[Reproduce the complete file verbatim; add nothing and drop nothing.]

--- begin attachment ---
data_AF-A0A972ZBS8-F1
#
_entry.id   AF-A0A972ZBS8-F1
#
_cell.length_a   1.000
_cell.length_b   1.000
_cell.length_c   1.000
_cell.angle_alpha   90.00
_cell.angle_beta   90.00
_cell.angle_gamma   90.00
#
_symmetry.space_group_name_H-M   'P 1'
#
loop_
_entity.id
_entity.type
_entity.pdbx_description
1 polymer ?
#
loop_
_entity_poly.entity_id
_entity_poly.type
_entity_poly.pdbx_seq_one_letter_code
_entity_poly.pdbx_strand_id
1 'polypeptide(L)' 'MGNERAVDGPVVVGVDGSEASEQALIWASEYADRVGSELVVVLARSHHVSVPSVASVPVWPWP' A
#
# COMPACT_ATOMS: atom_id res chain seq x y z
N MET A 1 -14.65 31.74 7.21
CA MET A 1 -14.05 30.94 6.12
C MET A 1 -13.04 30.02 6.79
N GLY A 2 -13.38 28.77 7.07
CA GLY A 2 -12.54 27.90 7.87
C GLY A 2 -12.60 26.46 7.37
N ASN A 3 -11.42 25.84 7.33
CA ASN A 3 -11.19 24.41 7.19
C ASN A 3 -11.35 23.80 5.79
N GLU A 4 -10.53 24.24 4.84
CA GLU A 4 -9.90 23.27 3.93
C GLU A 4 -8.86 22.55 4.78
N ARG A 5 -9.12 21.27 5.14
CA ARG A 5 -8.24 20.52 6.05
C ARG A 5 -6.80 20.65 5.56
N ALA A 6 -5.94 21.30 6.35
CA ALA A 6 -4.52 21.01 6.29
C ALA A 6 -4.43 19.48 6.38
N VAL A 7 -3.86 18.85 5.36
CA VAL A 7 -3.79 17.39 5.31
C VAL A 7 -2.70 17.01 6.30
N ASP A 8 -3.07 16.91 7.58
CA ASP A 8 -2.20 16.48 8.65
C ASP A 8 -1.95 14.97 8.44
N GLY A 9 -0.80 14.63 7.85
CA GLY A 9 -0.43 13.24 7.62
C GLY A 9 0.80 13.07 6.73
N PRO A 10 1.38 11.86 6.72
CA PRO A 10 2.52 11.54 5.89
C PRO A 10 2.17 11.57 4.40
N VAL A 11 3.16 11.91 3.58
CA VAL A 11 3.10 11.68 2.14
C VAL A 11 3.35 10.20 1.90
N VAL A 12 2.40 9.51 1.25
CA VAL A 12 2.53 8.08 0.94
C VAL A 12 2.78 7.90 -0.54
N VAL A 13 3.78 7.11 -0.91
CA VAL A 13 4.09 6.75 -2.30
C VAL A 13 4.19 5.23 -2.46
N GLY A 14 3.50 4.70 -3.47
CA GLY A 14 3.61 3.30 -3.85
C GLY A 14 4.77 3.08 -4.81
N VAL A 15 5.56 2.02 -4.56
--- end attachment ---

data_AF-A0A972ZBS8-F1
#
_entry.id   AF-A0A972ZBS8-F1
#
_cell.length_a   1.000
_cell.length_b   1.000
_cell.length_c   1.000
_cell.angle_alpha   90.00
_cell.angle_beta   90.00
_cell.angle_gamma   90.00
#
_symmetry.space_group_name_H-M   'P 1'
#
loop_
_entity.id
_entity.type
_entity.pdbx_description
1 polymer ?
#
loop_
_entity_poly.entity_id
_entity_poly.type
_entity_poly.pdbx_seq_one_letter_code
_entity_poly.pdbx_strand_id
1 'polypeptide(L)' 'MGNERAVDGPVVVGVDGSEASEQALIWASEYADRVGSELVVVLARSHHVSVPSVASVPVWPWP' A
#
# COMPACT_ATOMS: atom_id res chain seq x y z
N MET A 1 -14.65 31.74 7.21
CA MET A 1 -14.05 30.94 6.12
C MET A 1 -13.04 30.02 6.79
N GLY A 2 -13.38 28.77 7.07
CA GLY A 2 -12.54 27.90 7.87
C GLY A 2 -12.60 26.46 7.37
N ASN A 3 -11.42 25.84 7.33
CA ASN A 3 -11.19 24.41 7.19
C ASN A 3 -11.35 23.80 5.79
N GLU A 4 -10.53 24.24 4.84
CA GLU A 4 -9.90 23.27 3.93
C GLU A 4 -8.86 22.55 4.78
N ARG A 5 -9.12 21.27 5.14
CA ARG A 5 -8.24 20.52 6.05
C ARG A 5 -6.80 20.65 5.56
N ALA A 6 -5.94 21.30 6.35
CA ALA A 6 -4.52 21.01 6.29
C ALA A 6 -4.43 19.48 6.38
N VAL A 7 -3.86 18.85 5.36
CA VAL A 7 -3.79 17.39 5.31
C VAL A 7 -2.70 17.01 6.30
N ASP A 8 -3.07 16.91 7.58
CA ASP A 8 -2.20 16.48 8.65
C ASP A 8 -1.95 14.97 8.44
N GLY A 9 -0.80 14.63 7.85
CA GLY A 9 -0.43 13.24 7.62
C GLY A 9 0.80 13.07 6.73
N PRO A 10 1.38 11.86 6.72
CA PRO A 10 2.52 11.54 5.89
C PRO A 10 2.17 11.57 4.40
N VAL A 11 3.16 11.91 3.58
CA VAL A 11 3.10 11.68 2.14
C VAL A 11 3.35 10.20 1.90
N VAL A 12 2.40 9.51 1.25
CA VAL A 12 2.53 8.08 0.94
C VAL A 12 2.78 7.90 -0.54
N VAL A 13 3.78 7.11 -0.91
CA VAL A 13 4.09 6.75 -2.30
C VAL A 13 4.19 5.23 -2.46
N GLY A 14 3.50 4.70 -3.47
CA GLY A 14 3.61 3.30 -3.85
C GLY A 14 4.77 3.08 -4.81
N VAL A 15 5.56 2.02 -4.56